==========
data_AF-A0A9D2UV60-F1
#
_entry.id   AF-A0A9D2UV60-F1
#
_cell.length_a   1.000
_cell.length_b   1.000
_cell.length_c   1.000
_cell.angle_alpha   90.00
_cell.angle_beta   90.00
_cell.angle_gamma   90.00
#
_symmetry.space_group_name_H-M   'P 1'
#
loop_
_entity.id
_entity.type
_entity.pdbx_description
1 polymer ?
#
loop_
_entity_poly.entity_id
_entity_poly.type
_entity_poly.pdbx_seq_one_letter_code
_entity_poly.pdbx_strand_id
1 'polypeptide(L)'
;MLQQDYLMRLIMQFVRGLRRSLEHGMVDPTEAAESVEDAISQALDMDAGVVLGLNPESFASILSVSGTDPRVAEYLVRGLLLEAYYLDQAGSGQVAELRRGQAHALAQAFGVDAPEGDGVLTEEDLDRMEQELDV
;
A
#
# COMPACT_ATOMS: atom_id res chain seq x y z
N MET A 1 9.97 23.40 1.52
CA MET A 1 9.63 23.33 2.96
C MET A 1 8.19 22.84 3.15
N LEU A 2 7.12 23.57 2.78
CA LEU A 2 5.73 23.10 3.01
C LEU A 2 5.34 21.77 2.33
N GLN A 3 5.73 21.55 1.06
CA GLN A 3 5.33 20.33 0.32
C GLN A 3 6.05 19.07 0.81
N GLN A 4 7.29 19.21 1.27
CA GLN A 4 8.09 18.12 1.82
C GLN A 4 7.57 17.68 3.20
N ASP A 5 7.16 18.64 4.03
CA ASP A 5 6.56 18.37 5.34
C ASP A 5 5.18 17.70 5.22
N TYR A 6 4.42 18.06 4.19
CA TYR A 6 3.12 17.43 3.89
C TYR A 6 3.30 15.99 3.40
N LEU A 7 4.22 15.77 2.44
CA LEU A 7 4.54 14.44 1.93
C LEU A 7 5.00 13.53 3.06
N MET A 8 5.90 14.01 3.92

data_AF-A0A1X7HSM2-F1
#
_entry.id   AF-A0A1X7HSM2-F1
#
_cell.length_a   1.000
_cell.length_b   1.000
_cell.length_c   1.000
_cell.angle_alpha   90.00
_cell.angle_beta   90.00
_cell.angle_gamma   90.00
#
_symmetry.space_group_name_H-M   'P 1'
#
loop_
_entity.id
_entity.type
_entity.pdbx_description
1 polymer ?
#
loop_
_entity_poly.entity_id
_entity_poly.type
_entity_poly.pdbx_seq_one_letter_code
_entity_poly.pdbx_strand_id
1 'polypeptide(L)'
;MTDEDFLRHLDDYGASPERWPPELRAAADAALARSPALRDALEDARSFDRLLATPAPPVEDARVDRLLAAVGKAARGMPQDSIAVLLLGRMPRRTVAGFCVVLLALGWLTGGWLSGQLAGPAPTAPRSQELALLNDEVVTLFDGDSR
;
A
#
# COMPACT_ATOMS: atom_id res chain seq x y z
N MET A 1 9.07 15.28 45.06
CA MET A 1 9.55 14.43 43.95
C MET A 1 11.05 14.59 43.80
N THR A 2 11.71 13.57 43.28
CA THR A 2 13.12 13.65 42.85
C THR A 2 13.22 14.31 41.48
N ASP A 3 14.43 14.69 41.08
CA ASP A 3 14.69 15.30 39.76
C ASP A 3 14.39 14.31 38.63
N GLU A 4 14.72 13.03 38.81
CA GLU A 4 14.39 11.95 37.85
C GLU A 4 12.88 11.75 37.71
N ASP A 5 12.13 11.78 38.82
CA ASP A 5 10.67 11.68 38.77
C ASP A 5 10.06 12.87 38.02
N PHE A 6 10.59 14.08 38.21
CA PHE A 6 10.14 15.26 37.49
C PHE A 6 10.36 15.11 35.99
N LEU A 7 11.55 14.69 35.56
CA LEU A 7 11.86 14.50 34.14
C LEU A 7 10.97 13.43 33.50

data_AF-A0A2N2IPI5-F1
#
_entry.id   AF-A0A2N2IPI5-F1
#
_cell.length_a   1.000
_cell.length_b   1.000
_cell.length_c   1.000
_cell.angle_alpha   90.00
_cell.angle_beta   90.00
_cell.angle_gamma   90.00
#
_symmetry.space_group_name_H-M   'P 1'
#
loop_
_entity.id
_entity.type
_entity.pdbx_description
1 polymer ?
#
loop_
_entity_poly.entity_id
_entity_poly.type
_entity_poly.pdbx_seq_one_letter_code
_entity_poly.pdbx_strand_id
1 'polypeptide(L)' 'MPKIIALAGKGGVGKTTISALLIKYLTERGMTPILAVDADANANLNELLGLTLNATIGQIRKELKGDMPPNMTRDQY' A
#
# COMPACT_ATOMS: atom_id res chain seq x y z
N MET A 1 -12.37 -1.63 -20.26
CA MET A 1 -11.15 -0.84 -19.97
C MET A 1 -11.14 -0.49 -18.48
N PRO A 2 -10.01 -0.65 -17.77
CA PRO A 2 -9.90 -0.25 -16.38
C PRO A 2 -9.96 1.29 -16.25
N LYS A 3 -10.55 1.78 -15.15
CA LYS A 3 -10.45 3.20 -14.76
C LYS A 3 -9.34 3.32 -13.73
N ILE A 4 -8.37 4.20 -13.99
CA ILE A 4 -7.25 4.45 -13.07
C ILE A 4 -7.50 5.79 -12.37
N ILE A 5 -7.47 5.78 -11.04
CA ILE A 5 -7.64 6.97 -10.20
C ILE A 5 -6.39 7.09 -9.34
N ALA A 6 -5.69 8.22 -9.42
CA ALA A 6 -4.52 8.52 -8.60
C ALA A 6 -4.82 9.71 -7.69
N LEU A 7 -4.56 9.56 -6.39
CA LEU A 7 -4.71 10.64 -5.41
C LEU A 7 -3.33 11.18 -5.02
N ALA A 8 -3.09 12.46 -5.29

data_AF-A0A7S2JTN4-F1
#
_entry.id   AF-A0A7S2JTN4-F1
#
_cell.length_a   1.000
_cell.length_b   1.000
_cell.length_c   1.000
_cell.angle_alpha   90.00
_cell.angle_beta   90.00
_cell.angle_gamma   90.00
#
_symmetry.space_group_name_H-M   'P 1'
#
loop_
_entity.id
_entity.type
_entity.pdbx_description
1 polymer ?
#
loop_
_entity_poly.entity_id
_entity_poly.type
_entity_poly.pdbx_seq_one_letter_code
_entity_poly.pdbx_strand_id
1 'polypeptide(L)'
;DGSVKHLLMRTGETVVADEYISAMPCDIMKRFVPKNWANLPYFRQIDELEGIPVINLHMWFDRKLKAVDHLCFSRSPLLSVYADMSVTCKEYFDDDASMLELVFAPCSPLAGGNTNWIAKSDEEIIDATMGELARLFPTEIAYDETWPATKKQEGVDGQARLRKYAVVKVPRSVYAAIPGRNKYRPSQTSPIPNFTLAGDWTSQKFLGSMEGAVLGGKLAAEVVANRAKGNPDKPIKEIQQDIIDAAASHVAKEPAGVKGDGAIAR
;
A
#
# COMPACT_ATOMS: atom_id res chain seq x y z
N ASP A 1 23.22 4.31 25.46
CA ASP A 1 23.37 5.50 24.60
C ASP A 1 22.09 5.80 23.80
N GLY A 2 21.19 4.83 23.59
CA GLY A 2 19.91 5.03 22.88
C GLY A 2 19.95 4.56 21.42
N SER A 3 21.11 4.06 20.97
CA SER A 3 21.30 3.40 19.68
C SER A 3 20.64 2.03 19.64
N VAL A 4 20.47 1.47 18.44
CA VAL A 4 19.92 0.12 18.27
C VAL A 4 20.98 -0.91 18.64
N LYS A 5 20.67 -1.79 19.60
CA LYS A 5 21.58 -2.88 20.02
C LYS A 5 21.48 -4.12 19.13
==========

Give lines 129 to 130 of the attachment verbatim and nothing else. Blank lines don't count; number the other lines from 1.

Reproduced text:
#
# COMPACT_ATOMS: atom_id res chain seq x y z